The Battle of Dorchester Heights resulted in two significant "firsts" for George Washington: his first campaign against British forces and his first victory in the American Revolutionary War. Seeking to relieve Boston from an eleven-month British blockade, Washington marched his men and 59 cannons to the top of Dorchester Heights on the night of March 4, 1776. In so doing, he literally took the high ground and outmaneuvered the British. This print, based on an 1806 painting by Gilbert Stuart, captures the moment of Washington's success.
Vertically-oriented image of George Washington, in full military uniform, in the middle of the American position atop Dorchester Heights, a summit situated above Boston and its harbor. Washington stands alone, and looks to his right, where, in the lower left of the print, the British navy is fleeing. His horse, on the far right of the image, turns his head towards Washington. Washington calmly takes in the scene before him, holding his hat in his right hand while resting his left on the saddle of his horse. The dramatic scene is set with a backdrop of a cloudy sky that mixes with the artillery smoke belying the action taking place nearby. A plate impression surrounds the image.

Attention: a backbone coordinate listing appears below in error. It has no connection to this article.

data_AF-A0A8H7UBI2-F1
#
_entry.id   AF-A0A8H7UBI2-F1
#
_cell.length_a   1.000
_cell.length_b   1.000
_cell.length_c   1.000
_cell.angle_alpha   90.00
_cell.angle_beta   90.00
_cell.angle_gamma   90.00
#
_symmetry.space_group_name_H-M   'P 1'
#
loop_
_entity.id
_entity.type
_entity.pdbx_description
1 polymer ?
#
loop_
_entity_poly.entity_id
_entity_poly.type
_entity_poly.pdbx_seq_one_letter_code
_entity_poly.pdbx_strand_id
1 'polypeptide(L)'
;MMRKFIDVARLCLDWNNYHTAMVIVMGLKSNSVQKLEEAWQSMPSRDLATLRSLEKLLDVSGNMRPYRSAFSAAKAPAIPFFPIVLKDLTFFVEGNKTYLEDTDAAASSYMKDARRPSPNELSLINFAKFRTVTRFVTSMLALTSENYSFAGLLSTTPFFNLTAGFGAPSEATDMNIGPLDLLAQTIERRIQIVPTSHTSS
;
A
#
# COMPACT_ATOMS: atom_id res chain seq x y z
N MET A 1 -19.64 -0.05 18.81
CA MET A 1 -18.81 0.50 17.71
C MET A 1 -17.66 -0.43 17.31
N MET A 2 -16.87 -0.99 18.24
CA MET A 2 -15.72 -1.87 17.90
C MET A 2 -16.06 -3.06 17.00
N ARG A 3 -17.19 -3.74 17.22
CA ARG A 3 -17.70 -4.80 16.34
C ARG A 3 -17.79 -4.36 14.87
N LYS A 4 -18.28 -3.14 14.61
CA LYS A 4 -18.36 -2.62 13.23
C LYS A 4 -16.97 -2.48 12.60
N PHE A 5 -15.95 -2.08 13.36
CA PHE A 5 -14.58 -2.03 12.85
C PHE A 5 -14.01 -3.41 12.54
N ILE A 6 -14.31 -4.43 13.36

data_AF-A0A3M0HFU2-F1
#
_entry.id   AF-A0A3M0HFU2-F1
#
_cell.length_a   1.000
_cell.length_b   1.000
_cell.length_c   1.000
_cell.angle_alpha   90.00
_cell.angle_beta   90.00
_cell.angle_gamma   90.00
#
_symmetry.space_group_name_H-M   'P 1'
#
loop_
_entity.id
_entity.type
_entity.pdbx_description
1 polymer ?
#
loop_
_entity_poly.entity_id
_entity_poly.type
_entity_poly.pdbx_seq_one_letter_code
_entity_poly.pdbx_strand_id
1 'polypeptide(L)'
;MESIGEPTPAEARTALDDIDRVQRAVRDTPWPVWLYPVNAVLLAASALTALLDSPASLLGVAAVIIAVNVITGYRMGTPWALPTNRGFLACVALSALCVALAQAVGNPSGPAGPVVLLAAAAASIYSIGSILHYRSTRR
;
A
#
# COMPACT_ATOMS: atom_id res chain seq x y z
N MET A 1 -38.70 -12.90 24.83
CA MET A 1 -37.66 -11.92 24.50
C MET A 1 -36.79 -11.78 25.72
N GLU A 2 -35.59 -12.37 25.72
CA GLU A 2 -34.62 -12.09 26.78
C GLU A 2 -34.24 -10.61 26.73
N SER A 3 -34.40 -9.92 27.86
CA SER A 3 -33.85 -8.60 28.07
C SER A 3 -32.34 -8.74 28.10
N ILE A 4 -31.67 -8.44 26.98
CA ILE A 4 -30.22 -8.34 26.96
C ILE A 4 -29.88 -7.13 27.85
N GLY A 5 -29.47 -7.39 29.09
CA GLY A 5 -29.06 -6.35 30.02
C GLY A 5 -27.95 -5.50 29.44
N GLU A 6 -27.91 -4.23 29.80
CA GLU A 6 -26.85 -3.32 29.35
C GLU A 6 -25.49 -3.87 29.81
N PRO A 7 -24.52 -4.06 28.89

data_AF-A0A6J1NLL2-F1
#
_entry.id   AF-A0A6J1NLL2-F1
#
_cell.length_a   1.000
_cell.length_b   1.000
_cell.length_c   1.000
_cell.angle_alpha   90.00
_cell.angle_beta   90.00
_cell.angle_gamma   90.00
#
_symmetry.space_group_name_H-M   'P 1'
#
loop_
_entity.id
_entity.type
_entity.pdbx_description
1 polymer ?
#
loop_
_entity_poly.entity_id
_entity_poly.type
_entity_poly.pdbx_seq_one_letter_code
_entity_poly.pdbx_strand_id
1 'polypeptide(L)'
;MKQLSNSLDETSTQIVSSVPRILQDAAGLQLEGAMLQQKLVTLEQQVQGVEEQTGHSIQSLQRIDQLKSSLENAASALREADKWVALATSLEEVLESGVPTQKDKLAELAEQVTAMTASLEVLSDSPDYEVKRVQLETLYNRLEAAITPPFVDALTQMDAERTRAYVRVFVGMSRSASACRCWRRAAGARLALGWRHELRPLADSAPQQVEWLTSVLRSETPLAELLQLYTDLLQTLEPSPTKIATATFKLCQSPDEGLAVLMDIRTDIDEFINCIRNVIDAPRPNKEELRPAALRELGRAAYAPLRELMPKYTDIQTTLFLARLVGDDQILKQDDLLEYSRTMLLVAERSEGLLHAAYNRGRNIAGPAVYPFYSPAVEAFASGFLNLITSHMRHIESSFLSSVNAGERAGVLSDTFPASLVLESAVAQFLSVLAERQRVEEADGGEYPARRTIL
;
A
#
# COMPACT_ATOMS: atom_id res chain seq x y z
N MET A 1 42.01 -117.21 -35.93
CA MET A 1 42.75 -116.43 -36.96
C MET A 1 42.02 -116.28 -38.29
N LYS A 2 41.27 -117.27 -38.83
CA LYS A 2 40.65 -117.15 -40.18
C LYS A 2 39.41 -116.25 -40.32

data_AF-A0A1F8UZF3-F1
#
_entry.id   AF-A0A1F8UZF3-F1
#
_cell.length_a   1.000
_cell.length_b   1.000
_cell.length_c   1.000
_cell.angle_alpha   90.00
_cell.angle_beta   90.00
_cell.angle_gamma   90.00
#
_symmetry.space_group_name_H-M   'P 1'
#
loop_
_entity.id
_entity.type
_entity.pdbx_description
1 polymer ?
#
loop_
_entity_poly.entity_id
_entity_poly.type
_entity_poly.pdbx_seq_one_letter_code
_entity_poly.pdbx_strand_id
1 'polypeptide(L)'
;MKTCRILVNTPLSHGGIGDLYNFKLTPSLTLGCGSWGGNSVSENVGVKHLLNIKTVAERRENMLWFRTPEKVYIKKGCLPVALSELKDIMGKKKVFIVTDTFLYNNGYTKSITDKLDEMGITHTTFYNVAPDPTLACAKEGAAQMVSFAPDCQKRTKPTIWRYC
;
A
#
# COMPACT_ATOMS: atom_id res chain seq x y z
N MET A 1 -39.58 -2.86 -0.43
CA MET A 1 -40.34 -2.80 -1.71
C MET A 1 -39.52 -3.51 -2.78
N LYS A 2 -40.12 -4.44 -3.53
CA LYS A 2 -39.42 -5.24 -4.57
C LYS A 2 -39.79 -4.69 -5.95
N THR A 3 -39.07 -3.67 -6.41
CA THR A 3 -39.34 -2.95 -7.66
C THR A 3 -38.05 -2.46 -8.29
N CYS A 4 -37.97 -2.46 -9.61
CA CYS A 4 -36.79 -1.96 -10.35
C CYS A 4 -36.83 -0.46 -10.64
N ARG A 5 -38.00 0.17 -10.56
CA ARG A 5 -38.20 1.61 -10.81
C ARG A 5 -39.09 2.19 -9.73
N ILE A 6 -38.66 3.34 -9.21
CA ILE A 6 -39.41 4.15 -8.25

Ink on paper
Overall (sheet): 29 1/2 in. x 21 1/2 in. (74.93 cm x 54.61 cm)
Other (plate): 27 3/4 in. x 19 3/4 in. (70.49 cm x 50.17 cm)
Gift of Mrs. C. W. Muckle, 1946
Printed under image at center: "Entered According to the Act of Congress in the year 1836 by L.P. Clover in the Clerks Office of the District of New York./ Dorchester Heights, March 17th 1776./ WASHINGTON./ From a Copy by M.A. Swett taken from the Original Picture by Stuart in Faneull Hall Boston./ Published by the Franklin Print Company./ D.H. Craig. Agent. Boston."
Printed under image at lower right: "Engraved by T. Kelly."
Printed under image at lower left: "Painted by Gilbert Stuart."
Mount Vernon's object research is ongoing and information about this object is subject to change. For information on image use and reproductions, click here